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Anchored water hyacinth; Water hyacinth, floating

(Eichhornia azurea); (Eichhornia crassipes)

Photo of water hyacinth
Photo credit: W. Robles, MSU,

A floating perennial herb native to South America was introduced as an ornamental in the United States in 1884. It can increase, forming dense mats that restrict light to the underwater environment.

 Overview map of prohibited classification in WI
Prohibited (red) counties

Other names for this plant include:

  • Common names: water orchid, floating water hyacinth
  • Scientific names: Pontederia crassipes, Eichhornia speciosa

Classification in Wisconsin: Prohibited

Ecological Threat
  • It invades freshwater lakes, reservoirs, ponds, marshes and ditches, making boating, fishing and almost all other water activities difficult.
  • Degrades water quality by blocking the air-water interface and significantly reducing oxygen levels in the water, impacting underwater animals such as fish.
  • Significantly reduces biological diversity: mats block sunlight, preventing the growth of submerged and emersed plant communities and also alter animal communities by blocking access to the water and lowering plants the animals depend on for shelter and nesting.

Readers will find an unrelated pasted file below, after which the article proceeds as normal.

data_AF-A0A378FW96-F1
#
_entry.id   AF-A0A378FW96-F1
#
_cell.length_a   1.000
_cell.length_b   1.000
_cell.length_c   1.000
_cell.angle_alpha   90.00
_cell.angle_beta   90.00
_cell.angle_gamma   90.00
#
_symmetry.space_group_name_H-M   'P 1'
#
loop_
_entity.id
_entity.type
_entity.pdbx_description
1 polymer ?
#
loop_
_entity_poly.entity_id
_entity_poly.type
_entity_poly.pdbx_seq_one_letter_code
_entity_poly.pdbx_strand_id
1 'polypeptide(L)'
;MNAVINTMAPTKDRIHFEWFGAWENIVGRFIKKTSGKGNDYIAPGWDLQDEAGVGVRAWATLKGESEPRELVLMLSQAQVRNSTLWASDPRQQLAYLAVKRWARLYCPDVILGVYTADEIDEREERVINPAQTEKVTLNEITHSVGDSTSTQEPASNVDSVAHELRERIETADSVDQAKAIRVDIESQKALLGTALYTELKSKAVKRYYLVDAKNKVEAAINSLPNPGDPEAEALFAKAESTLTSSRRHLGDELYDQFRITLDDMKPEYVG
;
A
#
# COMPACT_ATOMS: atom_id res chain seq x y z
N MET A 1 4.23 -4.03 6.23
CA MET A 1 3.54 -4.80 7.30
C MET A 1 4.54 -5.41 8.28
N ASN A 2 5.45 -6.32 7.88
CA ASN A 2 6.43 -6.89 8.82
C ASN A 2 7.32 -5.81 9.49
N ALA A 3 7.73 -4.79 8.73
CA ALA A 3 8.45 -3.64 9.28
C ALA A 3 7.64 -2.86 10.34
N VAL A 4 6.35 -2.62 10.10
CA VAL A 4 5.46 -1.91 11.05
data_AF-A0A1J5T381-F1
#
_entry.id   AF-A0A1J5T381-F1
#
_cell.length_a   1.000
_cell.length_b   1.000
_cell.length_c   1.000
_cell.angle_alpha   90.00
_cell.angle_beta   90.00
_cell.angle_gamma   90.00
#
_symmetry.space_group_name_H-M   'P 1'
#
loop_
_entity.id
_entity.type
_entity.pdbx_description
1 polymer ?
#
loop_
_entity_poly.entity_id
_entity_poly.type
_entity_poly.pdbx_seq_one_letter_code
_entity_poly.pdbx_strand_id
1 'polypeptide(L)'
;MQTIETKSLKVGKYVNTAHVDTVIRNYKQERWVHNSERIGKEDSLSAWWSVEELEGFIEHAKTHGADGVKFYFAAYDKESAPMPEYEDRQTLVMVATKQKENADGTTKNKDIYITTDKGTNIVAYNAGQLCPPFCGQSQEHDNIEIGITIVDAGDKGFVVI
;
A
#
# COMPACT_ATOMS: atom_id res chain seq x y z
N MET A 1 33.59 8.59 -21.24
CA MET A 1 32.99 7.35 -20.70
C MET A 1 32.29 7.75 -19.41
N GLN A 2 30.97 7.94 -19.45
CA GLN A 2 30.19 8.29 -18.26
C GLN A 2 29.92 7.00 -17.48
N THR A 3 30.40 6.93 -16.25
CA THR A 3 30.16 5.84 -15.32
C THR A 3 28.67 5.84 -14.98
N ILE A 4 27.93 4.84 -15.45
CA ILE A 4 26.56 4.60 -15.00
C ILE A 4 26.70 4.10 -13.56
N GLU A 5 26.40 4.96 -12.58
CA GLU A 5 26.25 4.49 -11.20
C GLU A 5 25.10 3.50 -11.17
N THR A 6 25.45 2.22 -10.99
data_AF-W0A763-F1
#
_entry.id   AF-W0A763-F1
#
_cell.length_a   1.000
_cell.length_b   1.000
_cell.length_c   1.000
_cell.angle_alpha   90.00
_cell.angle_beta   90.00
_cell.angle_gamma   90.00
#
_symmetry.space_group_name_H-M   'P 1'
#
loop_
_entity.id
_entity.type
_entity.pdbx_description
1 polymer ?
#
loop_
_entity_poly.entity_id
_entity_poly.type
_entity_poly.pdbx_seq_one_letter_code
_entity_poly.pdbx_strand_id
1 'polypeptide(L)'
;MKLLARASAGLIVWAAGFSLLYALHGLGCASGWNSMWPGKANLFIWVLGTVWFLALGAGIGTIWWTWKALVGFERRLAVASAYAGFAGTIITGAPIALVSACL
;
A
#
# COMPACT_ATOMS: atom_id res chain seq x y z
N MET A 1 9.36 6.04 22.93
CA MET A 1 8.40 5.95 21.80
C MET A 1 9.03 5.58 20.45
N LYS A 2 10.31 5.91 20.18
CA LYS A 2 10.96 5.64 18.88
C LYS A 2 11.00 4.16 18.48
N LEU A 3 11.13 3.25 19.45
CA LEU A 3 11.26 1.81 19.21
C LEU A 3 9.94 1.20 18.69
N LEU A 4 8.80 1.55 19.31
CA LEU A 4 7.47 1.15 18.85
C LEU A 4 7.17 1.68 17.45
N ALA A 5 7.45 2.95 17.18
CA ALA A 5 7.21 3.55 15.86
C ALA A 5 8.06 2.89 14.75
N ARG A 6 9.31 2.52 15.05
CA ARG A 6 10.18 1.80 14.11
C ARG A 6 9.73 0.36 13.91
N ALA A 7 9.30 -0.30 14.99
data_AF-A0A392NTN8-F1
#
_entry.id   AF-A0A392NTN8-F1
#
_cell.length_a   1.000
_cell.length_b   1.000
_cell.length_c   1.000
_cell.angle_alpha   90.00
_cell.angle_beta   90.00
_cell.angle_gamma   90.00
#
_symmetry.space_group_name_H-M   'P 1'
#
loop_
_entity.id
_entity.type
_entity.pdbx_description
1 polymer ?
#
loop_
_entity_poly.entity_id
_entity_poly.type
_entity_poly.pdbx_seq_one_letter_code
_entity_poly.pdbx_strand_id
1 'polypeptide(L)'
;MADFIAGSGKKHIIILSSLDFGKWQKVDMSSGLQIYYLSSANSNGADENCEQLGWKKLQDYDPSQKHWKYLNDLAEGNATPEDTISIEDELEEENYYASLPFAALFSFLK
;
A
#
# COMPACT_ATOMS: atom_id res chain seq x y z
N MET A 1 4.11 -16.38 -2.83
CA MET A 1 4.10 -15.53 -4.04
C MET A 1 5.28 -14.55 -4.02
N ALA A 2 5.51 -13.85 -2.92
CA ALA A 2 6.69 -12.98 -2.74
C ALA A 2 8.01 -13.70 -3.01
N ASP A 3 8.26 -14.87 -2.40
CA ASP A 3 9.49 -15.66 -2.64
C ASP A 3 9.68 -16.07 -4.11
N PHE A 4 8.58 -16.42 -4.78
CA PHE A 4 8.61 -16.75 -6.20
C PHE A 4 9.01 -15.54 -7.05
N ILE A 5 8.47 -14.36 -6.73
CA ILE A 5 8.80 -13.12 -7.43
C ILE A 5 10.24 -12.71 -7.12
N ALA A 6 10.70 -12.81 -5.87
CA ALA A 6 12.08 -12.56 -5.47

Leaves: Thick green waxy leaves, rounded, circular or elliptical with gently incurved sides. Leaves are formed in rosettes, are 6" wide, and can rise 1-3 feet above the water.

Flowers: Lavender blue with a yellow blotch. Flowers have six petals and are 2 inches wide.

Fruits & seeds: Three-celled capsules with many seeds.

Roots: Submersed roots blue-black to dark purple, feathery, dense near root crown, tips with long dark root caps.

Similar species: May be confused with the emergent form of frog's-bit, Limnobium spongia.


See the reported locations of water hyacinth in Wisconsin.

Do you know of additional populations? Please send us a report.


Mechanical: Tiny populations can be controlled by pulling. Physical removal should be completed before the flowering and seed set.

Chemical: Registered aquatic herbicides can temporarily control water hyacinths in small-scale applications. 2,4 D or glyphosate can be effective. The application of aquatic herbicide requires a permit.

Biological: Biological control options: Neochetina eichhorniae, N. bruchi (weevils), and Niphograpta albiguttalis (moth larvae) have been used in tropical and subtropical populations. No known biological controls have been tested in Wisconsin.

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